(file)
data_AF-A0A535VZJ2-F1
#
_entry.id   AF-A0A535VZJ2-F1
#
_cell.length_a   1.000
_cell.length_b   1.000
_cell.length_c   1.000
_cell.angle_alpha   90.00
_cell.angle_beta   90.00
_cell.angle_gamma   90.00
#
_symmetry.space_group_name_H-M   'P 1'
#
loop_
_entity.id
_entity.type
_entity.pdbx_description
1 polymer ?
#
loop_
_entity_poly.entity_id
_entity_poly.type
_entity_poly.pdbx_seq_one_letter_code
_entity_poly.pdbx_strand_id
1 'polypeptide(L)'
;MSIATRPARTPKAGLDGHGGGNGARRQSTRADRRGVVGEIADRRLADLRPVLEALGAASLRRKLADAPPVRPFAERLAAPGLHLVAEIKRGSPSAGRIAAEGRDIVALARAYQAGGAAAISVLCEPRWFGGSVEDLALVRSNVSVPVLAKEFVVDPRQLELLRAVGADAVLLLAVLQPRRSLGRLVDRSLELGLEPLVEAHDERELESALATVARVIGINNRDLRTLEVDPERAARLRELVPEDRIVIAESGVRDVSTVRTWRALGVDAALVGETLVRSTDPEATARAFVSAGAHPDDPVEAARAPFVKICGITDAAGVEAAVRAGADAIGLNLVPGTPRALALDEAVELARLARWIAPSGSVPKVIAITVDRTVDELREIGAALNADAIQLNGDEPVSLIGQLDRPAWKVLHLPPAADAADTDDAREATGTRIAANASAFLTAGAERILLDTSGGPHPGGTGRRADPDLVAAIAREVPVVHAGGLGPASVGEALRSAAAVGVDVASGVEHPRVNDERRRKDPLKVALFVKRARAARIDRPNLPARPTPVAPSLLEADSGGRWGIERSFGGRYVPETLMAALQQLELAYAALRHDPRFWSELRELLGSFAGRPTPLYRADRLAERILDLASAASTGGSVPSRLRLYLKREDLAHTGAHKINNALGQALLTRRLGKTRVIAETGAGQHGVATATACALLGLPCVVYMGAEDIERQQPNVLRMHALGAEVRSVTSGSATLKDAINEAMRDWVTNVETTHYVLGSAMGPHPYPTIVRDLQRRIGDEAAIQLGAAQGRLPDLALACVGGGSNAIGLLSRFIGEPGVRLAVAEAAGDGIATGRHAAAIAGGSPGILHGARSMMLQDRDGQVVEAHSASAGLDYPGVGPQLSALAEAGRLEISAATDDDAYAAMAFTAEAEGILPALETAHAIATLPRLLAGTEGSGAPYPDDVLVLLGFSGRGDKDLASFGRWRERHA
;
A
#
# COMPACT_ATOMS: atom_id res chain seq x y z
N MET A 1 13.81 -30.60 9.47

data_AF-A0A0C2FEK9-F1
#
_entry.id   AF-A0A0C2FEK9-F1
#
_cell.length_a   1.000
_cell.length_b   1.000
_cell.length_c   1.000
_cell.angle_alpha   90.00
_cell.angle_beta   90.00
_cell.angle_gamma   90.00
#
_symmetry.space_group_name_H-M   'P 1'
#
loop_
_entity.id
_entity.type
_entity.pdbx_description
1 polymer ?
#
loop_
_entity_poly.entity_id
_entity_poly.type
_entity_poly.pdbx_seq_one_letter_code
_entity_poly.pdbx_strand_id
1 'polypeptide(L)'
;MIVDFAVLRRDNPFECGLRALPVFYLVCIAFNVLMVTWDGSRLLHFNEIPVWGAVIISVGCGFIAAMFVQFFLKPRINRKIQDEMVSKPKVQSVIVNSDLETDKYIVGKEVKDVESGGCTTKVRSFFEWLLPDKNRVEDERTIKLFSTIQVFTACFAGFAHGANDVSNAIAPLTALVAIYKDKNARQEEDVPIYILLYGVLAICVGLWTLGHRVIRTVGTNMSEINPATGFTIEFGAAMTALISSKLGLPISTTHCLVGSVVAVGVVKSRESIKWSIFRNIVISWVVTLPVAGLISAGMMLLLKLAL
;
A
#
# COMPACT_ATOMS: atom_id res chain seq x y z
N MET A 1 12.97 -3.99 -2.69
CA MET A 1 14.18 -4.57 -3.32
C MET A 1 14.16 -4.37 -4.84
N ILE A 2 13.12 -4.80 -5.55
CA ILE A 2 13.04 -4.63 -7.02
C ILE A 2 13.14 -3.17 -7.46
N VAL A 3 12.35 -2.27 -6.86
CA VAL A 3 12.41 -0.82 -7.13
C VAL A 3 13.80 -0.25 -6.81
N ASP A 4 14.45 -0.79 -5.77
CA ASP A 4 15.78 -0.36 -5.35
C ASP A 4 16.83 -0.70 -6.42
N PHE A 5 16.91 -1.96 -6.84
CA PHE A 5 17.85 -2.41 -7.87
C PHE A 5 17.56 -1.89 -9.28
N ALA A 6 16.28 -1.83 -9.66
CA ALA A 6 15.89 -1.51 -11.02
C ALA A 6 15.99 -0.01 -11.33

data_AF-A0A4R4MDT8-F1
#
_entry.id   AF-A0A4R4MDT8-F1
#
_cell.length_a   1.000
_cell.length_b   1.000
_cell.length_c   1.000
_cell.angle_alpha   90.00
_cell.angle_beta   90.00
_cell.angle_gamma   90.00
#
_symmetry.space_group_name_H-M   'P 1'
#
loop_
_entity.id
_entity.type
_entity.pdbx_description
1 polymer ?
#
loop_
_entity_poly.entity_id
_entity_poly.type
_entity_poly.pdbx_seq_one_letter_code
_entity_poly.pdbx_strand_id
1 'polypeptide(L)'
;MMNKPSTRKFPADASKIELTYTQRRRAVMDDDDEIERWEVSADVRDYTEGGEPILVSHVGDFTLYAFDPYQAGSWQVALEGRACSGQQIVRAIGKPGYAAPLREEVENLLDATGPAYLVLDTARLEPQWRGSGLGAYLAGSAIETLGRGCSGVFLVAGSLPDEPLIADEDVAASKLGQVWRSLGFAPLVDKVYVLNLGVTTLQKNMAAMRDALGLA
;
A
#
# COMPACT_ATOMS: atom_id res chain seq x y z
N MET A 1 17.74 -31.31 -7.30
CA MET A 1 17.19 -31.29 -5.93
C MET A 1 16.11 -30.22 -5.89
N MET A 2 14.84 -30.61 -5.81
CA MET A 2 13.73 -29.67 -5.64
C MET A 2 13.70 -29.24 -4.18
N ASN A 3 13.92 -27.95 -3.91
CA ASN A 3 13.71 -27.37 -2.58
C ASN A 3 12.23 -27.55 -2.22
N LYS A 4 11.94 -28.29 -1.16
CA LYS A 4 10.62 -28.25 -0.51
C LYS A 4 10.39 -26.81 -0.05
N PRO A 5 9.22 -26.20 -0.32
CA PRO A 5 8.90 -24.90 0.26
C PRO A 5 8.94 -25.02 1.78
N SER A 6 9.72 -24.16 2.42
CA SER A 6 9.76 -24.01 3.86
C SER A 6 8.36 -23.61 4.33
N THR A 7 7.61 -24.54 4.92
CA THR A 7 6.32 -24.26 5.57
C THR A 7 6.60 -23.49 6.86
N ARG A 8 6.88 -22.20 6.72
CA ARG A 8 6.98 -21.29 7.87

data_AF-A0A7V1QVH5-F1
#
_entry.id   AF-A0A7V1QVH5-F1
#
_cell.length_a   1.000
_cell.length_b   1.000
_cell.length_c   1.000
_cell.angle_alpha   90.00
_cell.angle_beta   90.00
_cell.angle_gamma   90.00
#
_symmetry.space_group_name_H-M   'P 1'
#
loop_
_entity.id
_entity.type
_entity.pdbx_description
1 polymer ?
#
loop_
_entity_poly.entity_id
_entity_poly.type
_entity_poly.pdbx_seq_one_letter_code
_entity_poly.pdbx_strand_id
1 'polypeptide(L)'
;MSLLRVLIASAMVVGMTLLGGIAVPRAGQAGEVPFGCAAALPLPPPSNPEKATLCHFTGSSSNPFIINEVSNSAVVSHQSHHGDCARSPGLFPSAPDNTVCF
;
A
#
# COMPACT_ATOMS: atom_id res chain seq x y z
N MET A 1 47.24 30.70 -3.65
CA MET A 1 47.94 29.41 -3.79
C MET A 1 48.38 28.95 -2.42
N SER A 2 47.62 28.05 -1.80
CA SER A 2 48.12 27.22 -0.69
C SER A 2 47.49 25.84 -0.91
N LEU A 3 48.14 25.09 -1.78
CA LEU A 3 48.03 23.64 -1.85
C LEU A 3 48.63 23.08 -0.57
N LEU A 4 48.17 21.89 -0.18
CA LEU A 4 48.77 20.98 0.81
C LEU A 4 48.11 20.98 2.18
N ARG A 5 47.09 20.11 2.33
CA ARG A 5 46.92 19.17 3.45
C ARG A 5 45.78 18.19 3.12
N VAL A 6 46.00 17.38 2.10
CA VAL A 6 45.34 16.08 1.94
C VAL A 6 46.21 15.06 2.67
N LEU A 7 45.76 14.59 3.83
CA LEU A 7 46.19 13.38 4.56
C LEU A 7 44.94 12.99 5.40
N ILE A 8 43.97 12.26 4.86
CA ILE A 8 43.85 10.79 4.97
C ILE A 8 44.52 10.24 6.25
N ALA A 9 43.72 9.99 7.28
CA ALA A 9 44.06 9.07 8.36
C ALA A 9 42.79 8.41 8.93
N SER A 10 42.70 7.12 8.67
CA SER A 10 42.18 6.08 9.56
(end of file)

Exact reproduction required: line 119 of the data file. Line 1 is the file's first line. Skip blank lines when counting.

N LYS A 4 11.94 -28.29 -1.16